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I do understand the point of the TOR network in order to anonymize your connections, especially in states where you don't have much liberties. That's probably a good thing.

However what is the point of creating the .onion domain? I mean on it there is only "illegal"/"bad thing" (selling drugs, weapons, etc...). If someone wants to write some content in repressive states, he can use the TOR network or VPN to get a hosting in a country where he can express what he wants.

So I understand the point the creation of the TOR network, it probably brings good thing to the humanity. But what about the .onion domain? I can see only bad things from that...

Please explain. Thank you.

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To my understanding the main point of an onion address is that they are free to be created yourself and publish within the Tor network. They require no central trust or regulating authority to setup and publish, therefore, in their very nature, help promote a free and open internet.

With "clearnet" sites, or, more specifically, sites registered under one of the ICANN top level domain names, we all rely on central regulating authorities. This involves mostly likely a fee that can vary widely depending on your domain name of choice. Also you are having to trust that the third party does not give your domain away to someone else for whatever reason they may choose.

As a web developer myself I find it pretty clever. I'm still new to this space but if I have been reading correctly I can publish my own website on the Tor network from my home PC, that I can then access from anywhere on the internet (once I connect to the Tor network from out in the world). All without having to register my domain to some third party, and pay yearly fees, as well as avoid paying for an SSL certificate (because I can generate the certificate for my onion site myself). As long as I don't overly care about the address of my personal site (which I intend only for personal use) this is a great, low to no cost approach to having a website ran from my home machine that I can then access elsewhere.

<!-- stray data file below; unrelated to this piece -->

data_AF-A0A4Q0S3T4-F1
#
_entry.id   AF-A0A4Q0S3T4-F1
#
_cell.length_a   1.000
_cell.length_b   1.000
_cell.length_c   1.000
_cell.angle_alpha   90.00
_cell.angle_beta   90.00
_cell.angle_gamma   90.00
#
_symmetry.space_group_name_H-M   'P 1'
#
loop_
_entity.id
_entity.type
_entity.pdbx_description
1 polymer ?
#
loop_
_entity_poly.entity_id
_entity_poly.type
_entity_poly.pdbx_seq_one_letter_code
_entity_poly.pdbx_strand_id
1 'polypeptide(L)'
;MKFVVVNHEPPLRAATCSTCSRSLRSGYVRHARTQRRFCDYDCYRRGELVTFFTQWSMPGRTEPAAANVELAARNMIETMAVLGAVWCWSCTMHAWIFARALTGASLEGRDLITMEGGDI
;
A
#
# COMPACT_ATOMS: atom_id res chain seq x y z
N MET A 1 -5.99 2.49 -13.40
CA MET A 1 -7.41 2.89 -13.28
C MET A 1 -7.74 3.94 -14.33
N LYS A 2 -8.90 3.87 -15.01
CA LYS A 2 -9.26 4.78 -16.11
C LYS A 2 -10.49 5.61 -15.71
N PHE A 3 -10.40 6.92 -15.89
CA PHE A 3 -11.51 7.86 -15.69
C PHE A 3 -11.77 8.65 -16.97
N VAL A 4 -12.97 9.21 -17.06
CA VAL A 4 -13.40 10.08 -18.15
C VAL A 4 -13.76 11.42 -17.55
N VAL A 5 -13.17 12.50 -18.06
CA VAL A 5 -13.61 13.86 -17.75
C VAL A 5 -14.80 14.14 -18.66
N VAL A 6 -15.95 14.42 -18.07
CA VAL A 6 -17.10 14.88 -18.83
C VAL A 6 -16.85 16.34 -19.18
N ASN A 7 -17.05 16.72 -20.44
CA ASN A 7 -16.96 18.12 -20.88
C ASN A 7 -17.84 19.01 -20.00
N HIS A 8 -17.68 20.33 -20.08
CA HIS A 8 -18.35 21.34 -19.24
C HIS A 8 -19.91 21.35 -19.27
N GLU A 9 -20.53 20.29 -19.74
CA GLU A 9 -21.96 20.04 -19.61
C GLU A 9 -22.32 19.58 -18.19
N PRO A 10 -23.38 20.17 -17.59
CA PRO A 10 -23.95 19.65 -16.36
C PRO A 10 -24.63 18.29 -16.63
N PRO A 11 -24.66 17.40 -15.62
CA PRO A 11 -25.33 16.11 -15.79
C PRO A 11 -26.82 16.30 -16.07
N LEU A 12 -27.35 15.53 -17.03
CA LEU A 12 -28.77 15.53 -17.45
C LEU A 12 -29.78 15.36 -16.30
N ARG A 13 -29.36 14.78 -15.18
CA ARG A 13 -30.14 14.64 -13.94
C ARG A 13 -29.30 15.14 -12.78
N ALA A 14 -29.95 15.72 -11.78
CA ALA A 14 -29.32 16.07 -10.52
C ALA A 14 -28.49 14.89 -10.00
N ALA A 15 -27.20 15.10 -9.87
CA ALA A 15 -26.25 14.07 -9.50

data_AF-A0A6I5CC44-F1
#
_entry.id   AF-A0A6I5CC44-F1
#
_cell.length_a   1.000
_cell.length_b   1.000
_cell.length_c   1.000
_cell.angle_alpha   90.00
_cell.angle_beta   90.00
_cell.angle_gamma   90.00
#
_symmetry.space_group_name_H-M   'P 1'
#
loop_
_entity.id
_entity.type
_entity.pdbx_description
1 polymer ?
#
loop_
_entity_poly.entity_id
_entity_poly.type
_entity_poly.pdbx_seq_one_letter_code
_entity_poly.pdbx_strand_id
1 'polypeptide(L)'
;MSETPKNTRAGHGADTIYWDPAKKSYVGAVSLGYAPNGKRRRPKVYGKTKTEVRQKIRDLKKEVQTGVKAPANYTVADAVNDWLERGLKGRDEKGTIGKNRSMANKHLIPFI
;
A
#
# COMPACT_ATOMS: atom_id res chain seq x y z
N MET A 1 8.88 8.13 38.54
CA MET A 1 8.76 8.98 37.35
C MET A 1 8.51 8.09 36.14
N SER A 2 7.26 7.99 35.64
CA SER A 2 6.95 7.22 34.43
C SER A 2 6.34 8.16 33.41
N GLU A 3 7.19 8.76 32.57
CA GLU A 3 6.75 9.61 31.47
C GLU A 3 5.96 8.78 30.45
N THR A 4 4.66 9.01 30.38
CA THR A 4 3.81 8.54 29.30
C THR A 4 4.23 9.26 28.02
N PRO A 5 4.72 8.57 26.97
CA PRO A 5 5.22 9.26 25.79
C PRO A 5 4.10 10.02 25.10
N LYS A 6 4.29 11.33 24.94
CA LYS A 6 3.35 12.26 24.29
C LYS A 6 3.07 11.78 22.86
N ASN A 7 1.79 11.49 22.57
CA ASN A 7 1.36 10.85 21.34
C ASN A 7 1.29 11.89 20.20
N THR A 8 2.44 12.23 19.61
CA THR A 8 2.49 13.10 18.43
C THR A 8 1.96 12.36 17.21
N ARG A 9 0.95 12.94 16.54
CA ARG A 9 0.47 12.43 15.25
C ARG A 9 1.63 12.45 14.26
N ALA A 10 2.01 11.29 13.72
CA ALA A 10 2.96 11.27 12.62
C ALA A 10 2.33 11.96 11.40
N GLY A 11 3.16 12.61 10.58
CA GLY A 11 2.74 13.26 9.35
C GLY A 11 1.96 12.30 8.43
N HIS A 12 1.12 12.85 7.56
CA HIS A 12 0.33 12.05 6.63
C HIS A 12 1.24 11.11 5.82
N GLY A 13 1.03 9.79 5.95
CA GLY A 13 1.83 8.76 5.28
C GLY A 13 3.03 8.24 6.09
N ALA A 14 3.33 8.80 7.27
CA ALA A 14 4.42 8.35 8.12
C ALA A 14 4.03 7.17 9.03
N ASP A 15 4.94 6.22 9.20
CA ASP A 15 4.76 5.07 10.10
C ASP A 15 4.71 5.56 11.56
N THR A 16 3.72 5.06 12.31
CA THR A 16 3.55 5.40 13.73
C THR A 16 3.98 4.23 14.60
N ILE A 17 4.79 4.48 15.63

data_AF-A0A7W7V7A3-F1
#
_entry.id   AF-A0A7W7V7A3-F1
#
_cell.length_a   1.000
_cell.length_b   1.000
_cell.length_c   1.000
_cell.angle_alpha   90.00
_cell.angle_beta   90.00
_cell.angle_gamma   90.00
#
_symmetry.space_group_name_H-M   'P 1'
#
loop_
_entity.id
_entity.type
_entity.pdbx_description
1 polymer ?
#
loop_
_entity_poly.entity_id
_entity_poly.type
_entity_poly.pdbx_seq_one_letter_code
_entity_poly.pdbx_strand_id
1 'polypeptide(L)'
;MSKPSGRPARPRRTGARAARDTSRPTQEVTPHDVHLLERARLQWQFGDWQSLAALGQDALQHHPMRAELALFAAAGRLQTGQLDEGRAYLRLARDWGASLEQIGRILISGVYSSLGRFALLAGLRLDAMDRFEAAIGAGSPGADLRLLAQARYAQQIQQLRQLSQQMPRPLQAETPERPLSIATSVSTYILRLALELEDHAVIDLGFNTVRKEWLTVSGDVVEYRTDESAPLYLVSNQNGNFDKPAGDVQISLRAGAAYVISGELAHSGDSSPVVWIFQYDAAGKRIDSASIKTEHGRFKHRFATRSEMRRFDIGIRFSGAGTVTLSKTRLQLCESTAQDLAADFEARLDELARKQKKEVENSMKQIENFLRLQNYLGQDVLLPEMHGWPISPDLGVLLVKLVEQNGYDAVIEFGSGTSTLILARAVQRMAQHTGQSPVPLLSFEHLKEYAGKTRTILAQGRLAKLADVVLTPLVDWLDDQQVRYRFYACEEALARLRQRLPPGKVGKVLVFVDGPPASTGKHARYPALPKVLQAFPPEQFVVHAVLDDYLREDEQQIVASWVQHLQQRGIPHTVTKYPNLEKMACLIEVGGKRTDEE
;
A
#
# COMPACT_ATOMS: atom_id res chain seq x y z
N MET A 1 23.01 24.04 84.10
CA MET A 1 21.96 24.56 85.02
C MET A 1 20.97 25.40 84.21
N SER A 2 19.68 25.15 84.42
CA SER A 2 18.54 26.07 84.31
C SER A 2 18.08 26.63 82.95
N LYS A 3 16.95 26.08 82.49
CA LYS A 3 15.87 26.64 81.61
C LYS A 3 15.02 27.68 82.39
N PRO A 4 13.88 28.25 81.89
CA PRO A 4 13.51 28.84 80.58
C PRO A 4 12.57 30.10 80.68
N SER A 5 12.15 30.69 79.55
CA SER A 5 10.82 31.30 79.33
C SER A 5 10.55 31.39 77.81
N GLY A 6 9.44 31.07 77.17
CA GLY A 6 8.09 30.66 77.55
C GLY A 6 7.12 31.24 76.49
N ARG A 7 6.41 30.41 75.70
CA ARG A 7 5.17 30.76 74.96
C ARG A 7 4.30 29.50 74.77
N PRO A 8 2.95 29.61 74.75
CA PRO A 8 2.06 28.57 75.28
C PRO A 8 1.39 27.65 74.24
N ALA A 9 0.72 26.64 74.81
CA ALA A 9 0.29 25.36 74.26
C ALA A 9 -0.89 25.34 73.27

Use cases of an onion site are whatever you want it to be. Its advantage is that it is free to create. Its restriction is that it is always 16 characters, lowercase with numbers 2 through 7. And you don't have (too much) control over the name of it.

https://trac.torproject.org/projects/tor/wiki/doc/HiddenServiceNames https://www.expressvpn.com/blog/how-to-create-a-onion-address/

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On top of what @Darren Felton shared, .onion addresses also help fight man in the middle attacks. For clear-web sites, hackers can pretend to be you and the site by sitting in the middle and passing all the information back and forth after reading it, but because .onion addresses are their own hashed fingerprint, it is impossible to MitM attack them and as such you know you are talking directly to the host server of that .onion address. There are still other ways to watch the communication, of course, but you at least know you're talking to who you think you are.

  • Great feedback :) I would add that MitM attacks can also be mitigated on clear-net sites with use of HTTPS. I say "mitigated" because it is still possible if the attacker gets a hold of the keys to your certificate, or for that matter the keys to the certificate of the CA issuing your site's certificate. Something which has happened over the course of history of the internet, and when this happens to a trusted CA it impacts a large swath of people at once. – Darren Felton Oct 25 '18 at 16:43

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